theregister.co.uk: The openSUSE project, which creates the development version of Novell's SUSE Linux, is getting a handful of full-time Novell developers.
news.opensuse.org: Marcus Schaefer is busy with Build Service, KIWI and SUSE Studio.
Every openSUSE user, that tuned graphic, used SaX2. The xorg.conf created with SaX2 has this line: # Contact: Marcus Schaefer , 2005
h-online.com: Marcus Meissner, the teamleader of the SUSE Security Team, has announced that the 31st of October, 2009 will be the end-of-life (EOL) date for openSUSE 10.3.
itnewstoday.com: I just built my own Linux distribution through my browser. It can be ran as a Live CD or installed on your system. No, you did read that correctly. I actually used Firefox to build my own SUSE-based distro.
Also: Hands on with SUSE Studio
stick.gk2.sk/blog: Today I stumbled upon blogpost by Andreas Gohr called identi.ca Mosaic. He took 30.000 avatars of identi.ca users and created a mosaic from them using the metapixel software. What a great idea! How about doing something similar for openSUSE folks?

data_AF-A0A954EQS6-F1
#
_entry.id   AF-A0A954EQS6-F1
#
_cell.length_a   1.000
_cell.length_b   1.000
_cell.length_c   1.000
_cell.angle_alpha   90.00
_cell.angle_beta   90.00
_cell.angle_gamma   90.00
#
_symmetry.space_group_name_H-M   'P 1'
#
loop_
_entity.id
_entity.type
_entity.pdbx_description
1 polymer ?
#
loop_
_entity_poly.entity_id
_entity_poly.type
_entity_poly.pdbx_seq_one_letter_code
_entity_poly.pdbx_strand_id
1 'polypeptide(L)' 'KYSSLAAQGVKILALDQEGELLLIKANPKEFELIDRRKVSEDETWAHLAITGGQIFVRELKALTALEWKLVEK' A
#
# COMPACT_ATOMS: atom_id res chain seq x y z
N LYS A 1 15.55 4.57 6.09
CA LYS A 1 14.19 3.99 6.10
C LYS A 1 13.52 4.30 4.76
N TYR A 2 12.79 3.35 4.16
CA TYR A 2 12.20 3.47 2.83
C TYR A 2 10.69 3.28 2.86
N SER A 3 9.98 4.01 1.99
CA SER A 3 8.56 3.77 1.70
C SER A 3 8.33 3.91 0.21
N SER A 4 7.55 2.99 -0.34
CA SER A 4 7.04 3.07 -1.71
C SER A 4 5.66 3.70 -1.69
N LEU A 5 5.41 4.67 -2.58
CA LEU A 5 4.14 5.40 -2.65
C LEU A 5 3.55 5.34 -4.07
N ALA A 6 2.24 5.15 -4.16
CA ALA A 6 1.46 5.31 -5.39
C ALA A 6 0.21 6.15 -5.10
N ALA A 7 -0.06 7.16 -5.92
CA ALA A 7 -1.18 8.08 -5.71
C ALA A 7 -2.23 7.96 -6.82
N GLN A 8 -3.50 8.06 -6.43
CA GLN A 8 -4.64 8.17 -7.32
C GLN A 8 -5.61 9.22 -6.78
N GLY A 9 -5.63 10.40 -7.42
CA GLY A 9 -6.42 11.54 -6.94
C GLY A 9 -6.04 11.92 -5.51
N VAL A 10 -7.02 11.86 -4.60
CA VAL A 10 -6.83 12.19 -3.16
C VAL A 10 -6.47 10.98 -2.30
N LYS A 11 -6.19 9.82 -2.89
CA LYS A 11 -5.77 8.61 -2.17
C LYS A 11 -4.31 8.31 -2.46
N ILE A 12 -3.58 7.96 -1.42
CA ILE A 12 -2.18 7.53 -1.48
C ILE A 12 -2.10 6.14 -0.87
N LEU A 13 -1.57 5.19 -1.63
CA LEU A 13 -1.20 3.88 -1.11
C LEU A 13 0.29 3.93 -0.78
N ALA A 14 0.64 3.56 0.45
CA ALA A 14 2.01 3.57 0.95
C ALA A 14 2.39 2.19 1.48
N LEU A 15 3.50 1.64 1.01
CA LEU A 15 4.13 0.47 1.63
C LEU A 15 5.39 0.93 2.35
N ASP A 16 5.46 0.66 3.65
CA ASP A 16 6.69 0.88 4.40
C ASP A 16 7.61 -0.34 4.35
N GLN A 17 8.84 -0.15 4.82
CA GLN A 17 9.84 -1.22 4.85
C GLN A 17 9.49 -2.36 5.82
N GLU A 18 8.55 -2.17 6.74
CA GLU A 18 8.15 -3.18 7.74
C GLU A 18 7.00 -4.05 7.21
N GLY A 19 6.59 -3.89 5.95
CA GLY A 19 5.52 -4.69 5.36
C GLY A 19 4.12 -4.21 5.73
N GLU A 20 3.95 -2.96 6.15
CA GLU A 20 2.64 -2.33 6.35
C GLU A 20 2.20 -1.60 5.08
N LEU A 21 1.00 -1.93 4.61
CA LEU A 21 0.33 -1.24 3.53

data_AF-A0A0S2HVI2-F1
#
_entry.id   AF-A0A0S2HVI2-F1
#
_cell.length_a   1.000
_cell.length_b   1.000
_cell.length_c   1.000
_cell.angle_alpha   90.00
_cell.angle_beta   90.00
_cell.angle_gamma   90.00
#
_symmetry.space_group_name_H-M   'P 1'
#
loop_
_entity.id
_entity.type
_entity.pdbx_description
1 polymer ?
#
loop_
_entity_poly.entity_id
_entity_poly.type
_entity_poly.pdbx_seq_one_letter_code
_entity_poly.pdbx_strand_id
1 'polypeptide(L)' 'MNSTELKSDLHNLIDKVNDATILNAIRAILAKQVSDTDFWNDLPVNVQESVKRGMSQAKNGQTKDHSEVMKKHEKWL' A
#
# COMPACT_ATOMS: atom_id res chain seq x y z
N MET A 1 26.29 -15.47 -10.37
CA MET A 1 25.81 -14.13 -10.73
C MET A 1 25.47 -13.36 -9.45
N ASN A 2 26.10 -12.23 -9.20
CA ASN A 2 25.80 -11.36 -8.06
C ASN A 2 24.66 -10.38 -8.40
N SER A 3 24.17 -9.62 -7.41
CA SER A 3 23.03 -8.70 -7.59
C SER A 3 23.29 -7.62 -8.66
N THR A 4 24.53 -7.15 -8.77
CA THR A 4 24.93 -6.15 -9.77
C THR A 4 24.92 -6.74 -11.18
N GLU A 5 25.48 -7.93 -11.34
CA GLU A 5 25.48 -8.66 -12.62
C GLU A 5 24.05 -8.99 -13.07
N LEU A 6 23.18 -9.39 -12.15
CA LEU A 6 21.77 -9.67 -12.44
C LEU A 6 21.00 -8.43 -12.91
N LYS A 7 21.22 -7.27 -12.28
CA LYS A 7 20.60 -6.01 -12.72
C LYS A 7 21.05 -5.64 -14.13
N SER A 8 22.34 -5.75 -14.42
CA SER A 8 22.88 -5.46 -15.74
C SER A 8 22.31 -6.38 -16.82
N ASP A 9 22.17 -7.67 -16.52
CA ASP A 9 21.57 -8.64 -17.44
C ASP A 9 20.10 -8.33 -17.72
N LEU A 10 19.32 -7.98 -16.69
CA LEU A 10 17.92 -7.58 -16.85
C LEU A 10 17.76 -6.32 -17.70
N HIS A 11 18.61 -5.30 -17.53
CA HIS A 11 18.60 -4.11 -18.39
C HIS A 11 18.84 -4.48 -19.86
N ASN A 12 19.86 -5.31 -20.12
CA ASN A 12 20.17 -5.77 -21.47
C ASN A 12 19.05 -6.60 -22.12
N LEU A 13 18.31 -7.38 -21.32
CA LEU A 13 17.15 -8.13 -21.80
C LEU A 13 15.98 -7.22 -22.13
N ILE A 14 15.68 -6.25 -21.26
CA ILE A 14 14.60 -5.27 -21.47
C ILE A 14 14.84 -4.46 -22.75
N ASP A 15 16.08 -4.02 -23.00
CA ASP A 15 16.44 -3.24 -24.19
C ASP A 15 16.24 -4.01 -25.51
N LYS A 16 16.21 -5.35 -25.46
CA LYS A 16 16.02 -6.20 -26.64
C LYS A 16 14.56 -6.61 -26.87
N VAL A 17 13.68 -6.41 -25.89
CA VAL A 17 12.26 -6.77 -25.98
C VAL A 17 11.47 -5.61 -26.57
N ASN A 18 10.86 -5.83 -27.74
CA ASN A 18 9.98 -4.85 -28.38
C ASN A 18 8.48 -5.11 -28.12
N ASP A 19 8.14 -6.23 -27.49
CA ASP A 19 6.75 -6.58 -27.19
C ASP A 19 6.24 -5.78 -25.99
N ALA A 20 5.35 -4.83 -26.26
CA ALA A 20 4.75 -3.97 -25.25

news.prnewswire.com: Nation's fourth-largest optical retailer standardizes retail locations on SUSE Linux Enterprise Point of Service to centrally manage 5,000 devices spread across its stores
vizzzion.org: Recently, the discussion whether to make KDE the default desktop on openSUSE has been raised. The situation bears some historical meaning, and has also brought up some misconceptions. Let me try to give a bit of an overview of it, and put things into context.
dissociatedpress.net: The most popular feature in openFATE (at least of this writing) is a proposal from KDE e.V. member Frank Karlitschek to make KDE the “default” in openSUSE. Michael Loeffler has also blogged about this and put it on the opensuse-project mailing list.
ostatic.com/blog: The openSUSE Education Project is an effort to support schools using Linux and to provide an openSUSE-based Live DVD that can be used to set up a quick educational environment without installing any software.
dissociatedpress.net: One of the great things about Linux is that it’s possible to do almost anything with the OS – scale it up, scale it down, customize it to suit your needs. But it’s much easier said than done. Creating your own Linux-based OS is no small feat. Or wasn’t. Until SUSE Studio.